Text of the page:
new here

The Toronto Star has a special section on immigration and diversity in Canada. It looks really interesting; I'm going to read a lot of it before I post about it. (I know, how retro.)

From the front page of the hard copy:
A groundbreaking poll of Canadian immigrants shows a country pointed in a fresh direction. Our nation's newest builders are younger, smarter, healthier and committed to Canada. But if you're a fan of beer or baseball, you should know you'll soon be in the minority.
You know what's funny about an observation like that? It assumes that no one changes in their new home, that immigrants don't pick up habits from their countries of choice, which of course can't be true. I'd bet quite a few fans of beer, hockey - and even baseball - are created in Canada.

One section follows a handful of new immigrants through their first year. I don't think there are any US political defectors among the people interviewed, but then, very few of us have passed our first year yet.


M@ said...

I recently heard an Indian man on the radio who had immigrated to Canada about five years ago. He said that he had never seen hockey before he came here, and he was hooked when he saw the first game -- he said he still can't get over the speed and intensity.

Surely other sports will have their converts also. And if immigrants want to bring more soccer with them, as far as I'm concerned, that's great!

But what a comment like that one about the beer and baseball does is show how immigrants are still being portrayed as the other. They're foreign, they'll eat strange food and play strange sports. It's stupid and irrelevant.

And if the only reason a person was a baseball fan was that the majority of the population were fans too, well, I guess I'd feel pretty sorry for that person.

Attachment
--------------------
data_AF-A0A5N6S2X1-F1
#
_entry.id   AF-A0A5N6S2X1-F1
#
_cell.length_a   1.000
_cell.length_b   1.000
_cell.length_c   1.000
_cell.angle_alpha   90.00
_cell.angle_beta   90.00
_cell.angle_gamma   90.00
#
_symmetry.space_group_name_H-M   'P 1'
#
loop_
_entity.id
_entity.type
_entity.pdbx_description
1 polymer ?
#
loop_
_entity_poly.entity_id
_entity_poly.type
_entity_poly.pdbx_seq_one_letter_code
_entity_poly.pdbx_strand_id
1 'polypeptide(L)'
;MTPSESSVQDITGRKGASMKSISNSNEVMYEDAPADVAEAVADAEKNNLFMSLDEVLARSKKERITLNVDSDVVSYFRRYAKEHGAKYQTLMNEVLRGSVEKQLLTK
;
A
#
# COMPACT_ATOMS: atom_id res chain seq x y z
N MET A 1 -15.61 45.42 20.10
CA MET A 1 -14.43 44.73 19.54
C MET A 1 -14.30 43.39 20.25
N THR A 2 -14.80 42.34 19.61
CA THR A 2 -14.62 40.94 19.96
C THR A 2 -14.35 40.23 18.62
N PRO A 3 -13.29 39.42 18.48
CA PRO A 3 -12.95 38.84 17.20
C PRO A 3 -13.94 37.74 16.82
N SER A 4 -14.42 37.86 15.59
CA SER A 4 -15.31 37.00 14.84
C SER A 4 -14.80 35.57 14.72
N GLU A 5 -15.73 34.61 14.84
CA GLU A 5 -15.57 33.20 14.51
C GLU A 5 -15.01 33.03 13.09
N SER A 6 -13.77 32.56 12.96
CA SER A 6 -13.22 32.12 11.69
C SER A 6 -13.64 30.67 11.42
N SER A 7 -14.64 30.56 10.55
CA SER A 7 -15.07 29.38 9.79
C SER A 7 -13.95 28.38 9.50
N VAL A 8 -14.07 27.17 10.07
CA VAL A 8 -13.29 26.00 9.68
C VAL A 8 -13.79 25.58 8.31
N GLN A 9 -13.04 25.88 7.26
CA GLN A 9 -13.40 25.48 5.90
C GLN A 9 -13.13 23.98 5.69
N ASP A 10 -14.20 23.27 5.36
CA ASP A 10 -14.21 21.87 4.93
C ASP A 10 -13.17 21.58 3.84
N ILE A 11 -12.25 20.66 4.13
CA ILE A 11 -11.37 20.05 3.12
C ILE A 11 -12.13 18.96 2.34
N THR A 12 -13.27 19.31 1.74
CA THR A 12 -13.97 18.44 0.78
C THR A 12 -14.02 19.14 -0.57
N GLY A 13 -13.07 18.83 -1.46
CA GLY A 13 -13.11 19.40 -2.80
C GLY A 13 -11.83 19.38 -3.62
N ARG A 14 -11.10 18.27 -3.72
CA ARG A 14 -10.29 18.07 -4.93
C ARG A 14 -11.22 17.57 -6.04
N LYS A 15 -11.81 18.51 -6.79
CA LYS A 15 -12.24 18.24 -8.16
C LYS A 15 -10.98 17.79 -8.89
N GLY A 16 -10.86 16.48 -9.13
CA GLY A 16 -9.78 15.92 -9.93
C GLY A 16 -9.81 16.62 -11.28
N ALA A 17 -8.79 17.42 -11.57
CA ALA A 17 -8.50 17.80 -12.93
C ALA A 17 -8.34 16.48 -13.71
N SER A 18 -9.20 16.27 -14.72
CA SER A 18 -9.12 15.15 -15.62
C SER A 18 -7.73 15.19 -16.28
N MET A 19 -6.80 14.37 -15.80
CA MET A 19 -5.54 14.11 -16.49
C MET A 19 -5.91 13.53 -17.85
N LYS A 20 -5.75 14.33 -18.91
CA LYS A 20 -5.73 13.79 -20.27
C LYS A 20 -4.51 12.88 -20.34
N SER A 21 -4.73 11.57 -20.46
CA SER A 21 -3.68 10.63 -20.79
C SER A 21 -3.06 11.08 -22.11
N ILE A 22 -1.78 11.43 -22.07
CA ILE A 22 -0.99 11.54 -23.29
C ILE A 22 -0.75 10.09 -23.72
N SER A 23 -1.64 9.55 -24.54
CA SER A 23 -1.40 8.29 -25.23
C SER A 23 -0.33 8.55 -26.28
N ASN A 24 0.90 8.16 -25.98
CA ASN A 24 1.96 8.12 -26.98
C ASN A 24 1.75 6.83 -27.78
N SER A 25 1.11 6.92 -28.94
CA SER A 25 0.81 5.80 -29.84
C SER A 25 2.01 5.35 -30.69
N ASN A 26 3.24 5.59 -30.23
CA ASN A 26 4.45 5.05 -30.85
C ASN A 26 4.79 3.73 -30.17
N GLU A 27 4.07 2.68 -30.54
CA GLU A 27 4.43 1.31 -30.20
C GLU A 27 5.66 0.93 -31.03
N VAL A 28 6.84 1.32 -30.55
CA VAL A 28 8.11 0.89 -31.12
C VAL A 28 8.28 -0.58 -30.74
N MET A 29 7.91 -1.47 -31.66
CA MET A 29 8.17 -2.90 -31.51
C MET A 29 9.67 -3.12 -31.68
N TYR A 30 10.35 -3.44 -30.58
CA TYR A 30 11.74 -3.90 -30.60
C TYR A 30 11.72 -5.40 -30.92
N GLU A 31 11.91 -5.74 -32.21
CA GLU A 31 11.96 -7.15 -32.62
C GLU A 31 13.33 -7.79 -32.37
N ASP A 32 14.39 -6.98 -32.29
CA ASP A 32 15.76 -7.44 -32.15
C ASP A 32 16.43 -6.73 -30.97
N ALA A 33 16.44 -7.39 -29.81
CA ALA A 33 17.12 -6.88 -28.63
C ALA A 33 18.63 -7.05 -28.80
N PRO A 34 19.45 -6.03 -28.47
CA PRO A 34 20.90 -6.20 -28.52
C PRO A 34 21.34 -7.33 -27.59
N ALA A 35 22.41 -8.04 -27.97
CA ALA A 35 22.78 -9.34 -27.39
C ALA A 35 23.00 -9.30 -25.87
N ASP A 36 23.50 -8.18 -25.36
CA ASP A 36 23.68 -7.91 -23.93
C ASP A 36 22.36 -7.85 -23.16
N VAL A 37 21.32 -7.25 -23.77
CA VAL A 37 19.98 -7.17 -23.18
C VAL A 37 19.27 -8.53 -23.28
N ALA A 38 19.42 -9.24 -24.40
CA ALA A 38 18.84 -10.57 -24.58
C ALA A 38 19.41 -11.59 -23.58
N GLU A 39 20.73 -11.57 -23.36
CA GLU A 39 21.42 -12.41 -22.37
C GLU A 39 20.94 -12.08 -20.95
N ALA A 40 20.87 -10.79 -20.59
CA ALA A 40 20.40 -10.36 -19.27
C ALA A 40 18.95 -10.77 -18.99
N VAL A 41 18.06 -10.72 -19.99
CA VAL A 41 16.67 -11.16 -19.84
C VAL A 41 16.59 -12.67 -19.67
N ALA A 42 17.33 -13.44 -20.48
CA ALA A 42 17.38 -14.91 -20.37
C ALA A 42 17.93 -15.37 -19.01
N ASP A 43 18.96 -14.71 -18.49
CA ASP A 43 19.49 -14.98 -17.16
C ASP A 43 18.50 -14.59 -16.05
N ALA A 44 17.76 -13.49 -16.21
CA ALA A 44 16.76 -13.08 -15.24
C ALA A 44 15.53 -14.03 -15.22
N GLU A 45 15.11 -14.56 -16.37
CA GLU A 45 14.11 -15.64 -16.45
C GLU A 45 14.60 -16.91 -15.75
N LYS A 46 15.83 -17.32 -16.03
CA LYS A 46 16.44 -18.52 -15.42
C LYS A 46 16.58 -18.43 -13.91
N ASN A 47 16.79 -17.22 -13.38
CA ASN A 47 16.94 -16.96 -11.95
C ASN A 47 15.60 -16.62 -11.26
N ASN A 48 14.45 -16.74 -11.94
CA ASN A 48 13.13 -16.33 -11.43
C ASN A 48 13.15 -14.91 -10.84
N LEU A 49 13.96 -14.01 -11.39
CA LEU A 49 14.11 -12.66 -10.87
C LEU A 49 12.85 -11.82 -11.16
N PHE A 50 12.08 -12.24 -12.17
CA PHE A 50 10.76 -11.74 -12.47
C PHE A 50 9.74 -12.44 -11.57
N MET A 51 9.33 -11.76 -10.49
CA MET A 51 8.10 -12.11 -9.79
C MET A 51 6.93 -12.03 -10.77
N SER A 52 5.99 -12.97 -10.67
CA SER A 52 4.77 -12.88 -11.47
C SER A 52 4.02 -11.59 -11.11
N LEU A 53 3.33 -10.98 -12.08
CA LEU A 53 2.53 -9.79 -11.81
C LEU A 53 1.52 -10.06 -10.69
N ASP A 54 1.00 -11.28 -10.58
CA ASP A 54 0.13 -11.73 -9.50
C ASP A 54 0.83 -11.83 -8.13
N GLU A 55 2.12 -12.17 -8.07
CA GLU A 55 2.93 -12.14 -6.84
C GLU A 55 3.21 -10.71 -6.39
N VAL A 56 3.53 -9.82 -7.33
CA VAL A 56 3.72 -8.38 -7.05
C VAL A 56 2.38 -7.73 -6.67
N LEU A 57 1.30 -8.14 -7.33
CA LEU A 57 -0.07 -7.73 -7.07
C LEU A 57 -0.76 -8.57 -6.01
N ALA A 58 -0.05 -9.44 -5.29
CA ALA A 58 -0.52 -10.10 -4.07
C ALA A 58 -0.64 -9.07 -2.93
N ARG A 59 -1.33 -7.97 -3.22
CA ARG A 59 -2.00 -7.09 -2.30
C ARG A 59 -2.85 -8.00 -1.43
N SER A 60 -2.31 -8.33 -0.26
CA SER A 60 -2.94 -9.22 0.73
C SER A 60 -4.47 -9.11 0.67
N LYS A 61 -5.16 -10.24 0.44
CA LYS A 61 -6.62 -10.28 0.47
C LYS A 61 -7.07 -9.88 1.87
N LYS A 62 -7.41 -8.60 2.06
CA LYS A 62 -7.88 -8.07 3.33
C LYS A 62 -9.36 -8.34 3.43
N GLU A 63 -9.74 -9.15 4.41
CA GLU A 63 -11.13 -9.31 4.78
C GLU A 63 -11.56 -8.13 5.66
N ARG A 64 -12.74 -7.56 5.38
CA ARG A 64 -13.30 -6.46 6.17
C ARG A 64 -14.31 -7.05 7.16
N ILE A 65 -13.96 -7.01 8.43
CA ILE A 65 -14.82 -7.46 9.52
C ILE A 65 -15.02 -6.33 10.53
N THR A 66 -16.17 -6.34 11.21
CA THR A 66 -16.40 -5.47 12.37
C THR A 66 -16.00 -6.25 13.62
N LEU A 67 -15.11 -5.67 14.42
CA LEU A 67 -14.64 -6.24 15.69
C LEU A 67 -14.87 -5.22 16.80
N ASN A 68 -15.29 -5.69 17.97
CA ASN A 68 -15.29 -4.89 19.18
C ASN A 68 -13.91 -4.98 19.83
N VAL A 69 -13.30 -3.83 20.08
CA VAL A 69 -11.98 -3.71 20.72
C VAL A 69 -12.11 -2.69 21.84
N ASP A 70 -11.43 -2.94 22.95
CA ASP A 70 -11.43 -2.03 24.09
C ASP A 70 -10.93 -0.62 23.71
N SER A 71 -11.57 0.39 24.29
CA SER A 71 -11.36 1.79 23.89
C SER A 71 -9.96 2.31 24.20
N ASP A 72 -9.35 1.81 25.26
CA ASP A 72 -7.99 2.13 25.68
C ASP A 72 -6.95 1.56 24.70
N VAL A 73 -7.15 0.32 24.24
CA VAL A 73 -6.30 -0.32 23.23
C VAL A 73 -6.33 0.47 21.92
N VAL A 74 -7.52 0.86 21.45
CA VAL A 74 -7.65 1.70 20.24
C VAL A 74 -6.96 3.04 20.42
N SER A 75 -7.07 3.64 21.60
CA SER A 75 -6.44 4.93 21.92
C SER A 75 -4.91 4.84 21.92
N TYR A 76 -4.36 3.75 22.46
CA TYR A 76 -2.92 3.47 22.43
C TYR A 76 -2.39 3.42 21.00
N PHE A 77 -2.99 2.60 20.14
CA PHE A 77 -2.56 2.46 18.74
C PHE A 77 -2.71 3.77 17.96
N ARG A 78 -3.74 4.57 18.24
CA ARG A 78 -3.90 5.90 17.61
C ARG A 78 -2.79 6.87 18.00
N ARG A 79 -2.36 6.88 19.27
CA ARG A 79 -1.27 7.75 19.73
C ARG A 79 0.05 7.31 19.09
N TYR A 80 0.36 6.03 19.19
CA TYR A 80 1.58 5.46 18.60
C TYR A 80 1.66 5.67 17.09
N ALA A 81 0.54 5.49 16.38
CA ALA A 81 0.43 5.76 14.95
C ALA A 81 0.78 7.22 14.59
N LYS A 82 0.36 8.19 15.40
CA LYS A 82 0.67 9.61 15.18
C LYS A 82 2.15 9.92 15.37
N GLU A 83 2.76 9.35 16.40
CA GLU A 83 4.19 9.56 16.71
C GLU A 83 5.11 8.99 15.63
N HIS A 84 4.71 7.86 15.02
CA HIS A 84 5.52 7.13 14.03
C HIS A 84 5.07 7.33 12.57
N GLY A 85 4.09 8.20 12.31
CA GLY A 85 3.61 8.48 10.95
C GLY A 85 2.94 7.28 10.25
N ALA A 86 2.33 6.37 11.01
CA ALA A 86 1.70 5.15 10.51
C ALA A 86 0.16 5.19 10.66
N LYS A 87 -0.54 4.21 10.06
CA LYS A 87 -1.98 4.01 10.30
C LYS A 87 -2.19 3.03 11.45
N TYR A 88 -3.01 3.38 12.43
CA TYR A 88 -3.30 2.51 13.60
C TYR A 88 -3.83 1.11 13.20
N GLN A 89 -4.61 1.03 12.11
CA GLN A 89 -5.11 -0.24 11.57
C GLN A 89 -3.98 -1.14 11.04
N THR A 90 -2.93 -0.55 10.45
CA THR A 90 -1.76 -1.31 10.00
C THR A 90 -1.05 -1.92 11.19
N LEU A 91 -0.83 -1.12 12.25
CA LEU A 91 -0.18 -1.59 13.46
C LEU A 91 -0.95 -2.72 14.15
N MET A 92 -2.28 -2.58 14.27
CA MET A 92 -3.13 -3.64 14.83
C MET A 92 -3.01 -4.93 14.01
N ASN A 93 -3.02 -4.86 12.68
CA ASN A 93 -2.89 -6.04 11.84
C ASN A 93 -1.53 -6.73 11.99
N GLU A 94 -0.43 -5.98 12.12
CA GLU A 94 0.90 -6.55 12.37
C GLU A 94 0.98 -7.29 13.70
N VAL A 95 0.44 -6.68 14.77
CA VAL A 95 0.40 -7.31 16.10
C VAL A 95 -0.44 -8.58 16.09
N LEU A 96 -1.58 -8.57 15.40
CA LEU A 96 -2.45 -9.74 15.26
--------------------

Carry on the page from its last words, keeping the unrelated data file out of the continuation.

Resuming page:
laura k said...

I agree, it's stupid. I got the feeling they were just looking for fresh angles. Let's talk to beer marketers about beer sales to immigrants, let's see what sports people watch.

Everything changes. Canada will change with new immigrants, and the people who come here will change from being here. Nothing is static - not even beer sales and attendance at hockey games.

M@ said...

I know, eh? Doesn't that just scare the crap out of you!?!?

Uh, yeah. Me either. Guess we'll just... carry on.

barefoot hiker said...

You know what's funny about an observation like that? It assumes that no one changes in their new home, that immigrants don't pick up habits from their countries of choice...

It's funny you brought that up! That same issue came up when I was downtown on Saturday for the Lesbian Parade (first time caller, longtime fan). He mentioned the article and managed to find it at a restaurant where we stopped for a while, and I found myself at odds with just that exact same assertion. It amazed me that anyone in Canada (or North America generally) after about 1850 could say something like that... "them'uns is different", that kind of thing. If that really were the case, Canada should have filled up by now with little conclaves of mutual exclusion where people spoke Ukranian and ate perogies, spoke Italian and ate spaghetti, spoke Japanese and ate sushi, and never the twain shall meet. But think varied life is. I'm not even an immigrant and I've changed and adopted new ways. I grew up in a home where chicken fried rice — in fact, anything that wasn't either bland WASP chow (ooo, careful with that pepper!) or fatty French Canadian fare (et encore une infarction pour le monsieur?) — was foreign and exotic. It wasn't until I was an adult that I learned to eat Indian, Thai, Mexican, and Eastern European foods, and love them all (a little too much). Sure, people are going to arrive and bring their words and their games and their foods and their beliefs, and those will endure. They may even find purchase in the soil here and become our own (what would a Torontonian of 1850 have made of pizza, I wonder?). But to suggest people will come here and be impervious to the culture of Canadians and their fellow immigrants does a disservice, I think, both to the attractiveness of Canadian culture and the adaptability of the people who come to make it their home in it. Most assuredly 'their' ways will become 'our' ways with time... but the reverse is also true. After all, I've even heard some newcomers adopt the custom of taking their shoes off when they go indoors. ;)

laura k said...

This is as brilliant an observation as ever you've made, LP. :)